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Maryland Trust Act Effective January 1, 2015

The new Maryland Trust Act “the Act” took effect January 1st & it will apply to all Maryland trusts, including those created prior to its effective date. Note it will not retroactively apply to ongoing judicial proceedings. The Act is intended to provide a readily available source for determining Maryland’s trust law.

Here are a few highlights of Maryland’s new law:

The terms of a trust prevail over Maryland Trust Act provisions, except for certain mandatory provisions that cannot be waived or drafted around, including certain notice provisions, the scope of the court’s authority, and the duty of the trustee to act reasonably.

Duty to Inform & Report:

The Duty to Inform & Report is a critical part of the new law.

Within 60 days of accepting trusteeship (after January 1, 2015), a trustee must notify all qualified beneficiaries of the trustee’s acceptance of the trust and of the trustee’s name, address, and telephone number.

When a new irrevocable trust is created (or a formerly revocable trust becomes irrevocable) on or after January 1, 2015, the trustee must notify all qualified beneficiaries within 90 days, informing them of the trust’s existence, the identity of the trustmaker, each beneficiary’s right to request a copy of the trust agreement, and the right to request regular reports from the trustee.

A trustee is also required to respond promptly to a qualified beneficiary’s request for information related to the trust administration (including a copy of the trust) unless the request is unreasonable under the circumstances.

Many of the notice requirements are mandatory rules under the Act and cannot be waived by the trustmaker by providing contrary instructions in the trust.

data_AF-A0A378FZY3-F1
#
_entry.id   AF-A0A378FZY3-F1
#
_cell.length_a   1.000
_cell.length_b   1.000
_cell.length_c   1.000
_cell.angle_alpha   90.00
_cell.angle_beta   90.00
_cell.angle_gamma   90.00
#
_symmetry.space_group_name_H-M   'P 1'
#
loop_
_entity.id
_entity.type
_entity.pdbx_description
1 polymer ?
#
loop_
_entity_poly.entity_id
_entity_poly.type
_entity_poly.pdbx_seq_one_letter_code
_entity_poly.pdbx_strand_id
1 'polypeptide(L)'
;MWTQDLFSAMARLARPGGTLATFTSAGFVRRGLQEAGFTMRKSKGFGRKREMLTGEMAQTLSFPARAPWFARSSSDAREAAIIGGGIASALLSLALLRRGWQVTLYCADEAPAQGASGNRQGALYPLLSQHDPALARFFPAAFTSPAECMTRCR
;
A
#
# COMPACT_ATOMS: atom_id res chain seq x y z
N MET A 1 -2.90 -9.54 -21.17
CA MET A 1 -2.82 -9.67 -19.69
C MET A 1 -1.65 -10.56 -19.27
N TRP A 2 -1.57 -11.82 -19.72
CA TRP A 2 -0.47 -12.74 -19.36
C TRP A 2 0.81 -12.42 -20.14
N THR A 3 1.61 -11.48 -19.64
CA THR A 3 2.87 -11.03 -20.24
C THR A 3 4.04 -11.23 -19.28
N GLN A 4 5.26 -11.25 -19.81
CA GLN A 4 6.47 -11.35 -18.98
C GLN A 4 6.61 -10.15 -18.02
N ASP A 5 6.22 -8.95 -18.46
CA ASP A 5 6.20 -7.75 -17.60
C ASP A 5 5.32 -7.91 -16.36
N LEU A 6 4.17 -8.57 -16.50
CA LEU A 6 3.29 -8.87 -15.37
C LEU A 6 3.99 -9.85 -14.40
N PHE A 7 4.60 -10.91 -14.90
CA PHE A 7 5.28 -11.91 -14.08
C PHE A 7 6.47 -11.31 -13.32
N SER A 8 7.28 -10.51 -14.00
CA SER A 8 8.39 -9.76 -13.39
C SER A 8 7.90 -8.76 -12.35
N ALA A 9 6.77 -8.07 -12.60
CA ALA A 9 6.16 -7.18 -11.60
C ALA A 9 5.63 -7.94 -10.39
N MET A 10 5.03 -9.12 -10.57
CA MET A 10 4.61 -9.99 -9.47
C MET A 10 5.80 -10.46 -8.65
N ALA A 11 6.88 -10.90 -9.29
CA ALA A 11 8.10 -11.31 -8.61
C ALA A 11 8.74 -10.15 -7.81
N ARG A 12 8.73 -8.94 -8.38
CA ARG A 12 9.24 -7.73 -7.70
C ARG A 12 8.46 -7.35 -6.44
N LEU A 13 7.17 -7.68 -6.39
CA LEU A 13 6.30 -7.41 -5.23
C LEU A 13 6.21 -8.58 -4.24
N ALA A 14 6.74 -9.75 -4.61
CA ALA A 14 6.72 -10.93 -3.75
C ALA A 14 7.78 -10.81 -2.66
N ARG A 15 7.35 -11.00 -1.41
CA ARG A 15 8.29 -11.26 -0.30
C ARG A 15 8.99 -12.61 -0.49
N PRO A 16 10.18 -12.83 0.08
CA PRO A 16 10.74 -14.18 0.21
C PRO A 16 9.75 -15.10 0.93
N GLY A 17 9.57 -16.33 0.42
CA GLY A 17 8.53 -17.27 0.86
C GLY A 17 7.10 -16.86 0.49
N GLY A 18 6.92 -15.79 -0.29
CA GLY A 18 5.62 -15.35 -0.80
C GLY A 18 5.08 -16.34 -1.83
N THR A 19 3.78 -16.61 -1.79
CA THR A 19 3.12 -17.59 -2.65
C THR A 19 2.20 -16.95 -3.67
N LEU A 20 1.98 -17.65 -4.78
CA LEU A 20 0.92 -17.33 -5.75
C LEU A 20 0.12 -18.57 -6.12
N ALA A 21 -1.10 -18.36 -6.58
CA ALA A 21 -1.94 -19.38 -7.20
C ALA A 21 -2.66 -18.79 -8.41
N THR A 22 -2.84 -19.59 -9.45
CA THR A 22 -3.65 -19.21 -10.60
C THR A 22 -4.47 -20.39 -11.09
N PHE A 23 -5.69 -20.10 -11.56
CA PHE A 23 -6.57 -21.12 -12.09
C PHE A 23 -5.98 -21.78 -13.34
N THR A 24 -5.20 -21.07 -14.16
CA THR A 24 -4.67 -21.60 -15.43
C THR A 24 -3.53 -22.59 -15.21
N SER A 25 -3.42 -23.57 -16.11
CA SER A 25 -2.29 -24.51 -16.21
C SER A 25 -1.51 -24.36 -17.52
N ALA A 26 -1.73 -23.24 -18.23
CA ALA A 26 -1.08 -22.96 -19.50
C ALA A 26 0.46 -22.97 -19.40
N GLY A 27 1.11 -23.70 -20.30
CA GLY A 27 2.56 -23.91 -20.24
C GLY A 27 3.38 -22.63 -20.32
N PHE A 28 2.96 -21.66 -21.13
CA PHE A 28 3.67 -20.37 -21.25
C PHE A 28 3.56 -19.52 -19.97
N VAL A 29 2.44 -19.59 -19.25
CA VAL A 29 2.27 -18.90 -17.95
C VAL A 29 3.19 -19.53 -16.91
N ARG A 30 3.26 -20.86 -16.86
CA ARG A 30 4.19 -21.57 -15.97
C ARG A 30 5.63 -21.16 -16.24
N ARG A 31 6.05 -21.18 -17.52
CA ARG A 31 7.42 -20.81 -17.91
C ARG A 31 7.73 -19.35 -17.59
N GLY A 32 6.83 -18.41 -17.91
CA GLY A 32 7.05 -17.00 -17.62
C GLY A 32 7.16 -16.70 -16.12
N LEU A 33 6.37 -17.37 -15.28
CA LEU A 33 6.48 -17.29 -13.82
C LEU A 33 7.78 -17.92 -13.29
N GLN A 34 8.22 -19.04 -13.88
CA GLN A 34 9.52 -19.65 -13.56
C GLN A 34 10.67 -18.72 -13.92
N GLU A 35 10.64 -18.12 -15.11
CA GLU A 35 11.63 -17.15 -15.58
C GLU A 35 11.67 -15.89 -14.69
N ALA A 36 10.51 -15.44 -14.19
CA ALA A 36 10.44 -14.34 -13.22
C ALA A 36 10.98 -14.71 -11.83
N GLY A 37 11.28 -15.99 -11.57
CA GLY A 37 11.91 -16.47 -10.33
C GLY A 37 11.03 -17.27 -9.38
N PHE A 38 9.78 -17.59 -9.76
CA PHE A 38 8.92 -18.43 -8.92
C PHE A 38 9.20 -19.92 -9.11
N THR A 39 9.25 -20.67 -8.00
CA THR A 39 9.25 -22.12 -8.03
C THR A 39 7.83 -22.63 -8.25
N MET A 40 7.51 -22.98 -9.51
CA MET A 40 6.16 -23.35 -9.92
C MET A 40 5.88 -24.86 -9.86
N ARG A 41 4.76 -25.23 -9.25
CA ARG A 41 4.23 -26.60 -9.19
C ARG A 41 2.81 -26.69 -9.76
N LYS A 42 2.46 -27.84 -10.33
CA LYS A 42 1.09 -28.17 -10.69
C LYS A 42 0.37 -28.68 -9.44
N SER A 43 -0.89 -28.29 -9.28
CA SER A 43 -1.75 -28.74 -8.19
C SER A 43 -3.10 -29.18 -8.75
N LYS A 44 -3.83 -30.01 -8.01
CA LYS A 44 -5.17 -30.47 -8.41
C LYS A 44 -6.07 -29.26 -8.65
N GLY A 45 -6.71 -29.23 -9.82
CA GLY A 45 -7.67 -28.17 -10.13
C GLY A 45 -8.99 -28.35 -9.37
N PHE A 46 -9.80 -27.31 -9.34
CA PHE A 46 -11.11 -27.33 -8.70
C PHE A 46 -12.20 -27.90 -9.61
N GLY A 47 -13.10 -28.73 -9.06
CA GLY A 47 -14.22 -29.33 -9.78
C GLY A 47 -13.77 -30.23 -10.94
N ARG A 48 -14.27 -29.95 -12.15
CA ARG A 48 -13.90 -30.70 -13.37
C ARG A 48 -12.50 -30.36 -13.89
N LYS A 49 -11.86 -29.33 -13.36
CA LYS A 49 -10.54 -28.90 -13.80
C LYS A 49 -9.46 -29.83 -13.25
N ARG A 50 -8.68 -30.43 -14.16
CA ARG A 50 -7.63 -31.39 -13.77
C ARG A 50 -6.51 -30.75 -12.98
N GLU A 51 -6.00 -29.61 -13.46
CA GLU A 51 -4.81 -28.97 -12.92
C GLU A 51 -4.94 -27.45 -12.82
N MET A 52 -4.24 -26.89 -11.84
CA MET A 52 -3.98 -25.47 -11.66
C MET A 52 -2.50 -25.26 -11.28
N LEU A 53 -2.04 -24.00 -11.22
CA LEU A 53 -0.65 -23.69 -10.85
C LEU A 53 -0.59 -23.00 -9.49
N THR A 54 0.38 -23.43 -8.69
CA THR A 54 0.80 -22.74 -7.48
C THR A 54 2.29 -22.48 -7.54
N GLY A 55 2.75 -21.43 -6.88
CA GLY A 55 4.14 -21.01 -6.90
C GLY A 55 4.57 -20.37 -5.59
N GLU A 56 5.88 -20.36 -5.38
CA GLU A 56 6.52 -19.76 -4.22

The Maryland Trust Act establishes three tiers of “qualified beneficiaries” who are afforded certain tier-based rights, and the term is used throughout the Act.

The Duty to Inform & Report has already created quite a bit of discussion among attorneys and other “professional” trustees.

Virtual Representation:

The Maryland Trust Act allows some people to stand in for others and make decisions that are binding on them, such as providing consent to a proposed action of the trustee. Here are two examples: A parent may represent a minor child. A person who holds certain powers of appointment over trust assets may represent remainder beneficiaries.

Modification and Termination of Trusts:

If the trustee and all beneficiaries consent, a court may modify or terminate an irrevocable (non-charitable) trust unless the court determines that it would interfere with the material purpose of the trust. The Act does not permit the trustee and beneficiaries to modify or terminate such a trust on their own, via a non-judicial settlement agreement, the court must be involved (unless the trust terms say otherwise).

The court can also reform or modify a trust to carry out the trustmaker’s intentions or achieve the trustmaker’s tax objectives and it can combine or divide trusts.

A trustee may decide to terminate a small trust (under $100,000) without a court order, after providing notice to the qualified beneficiaries. The beneficiaries would then have an opportunity to object to the trust termination.

Revocable Trusts:

The Act permits an Agent acting under a power of attorney to exercise the principal’s retained power to revoke or amend his or her revocable trust, but only if both the trust and the power of attorney include and express such authorization.

If a trust is silent as to whether or not it is a revocable trust, the Act provides the trust is revocable. This is a change from pre-Act Maryland law (under which such a trust would be deemed irrevocable) and it affects only trusts created on or after January 1, 2015.

Some Thoughts:

Comprehensive trust design and drafting will continue to be crucial, if not more so, to the success of each trust. The Act states much but “holes” still exist in Maryland trust law. The Section Council of the Estates & Trust Law Section of the Maryland State Bar is working on amendments to the Act. We have to work with the law as it now stands knowing that it will evolve over time as will our practices under it.

This information was prepared by Lena Barnett & Associates, LLC and is intended only to provide general information.
It is neither offered nor intended for use as legal advice, nor is it a substitute for a consultation with an attorney.

© 2015 Lena Barnett & Associates, L.L.C. All Rights Reserved


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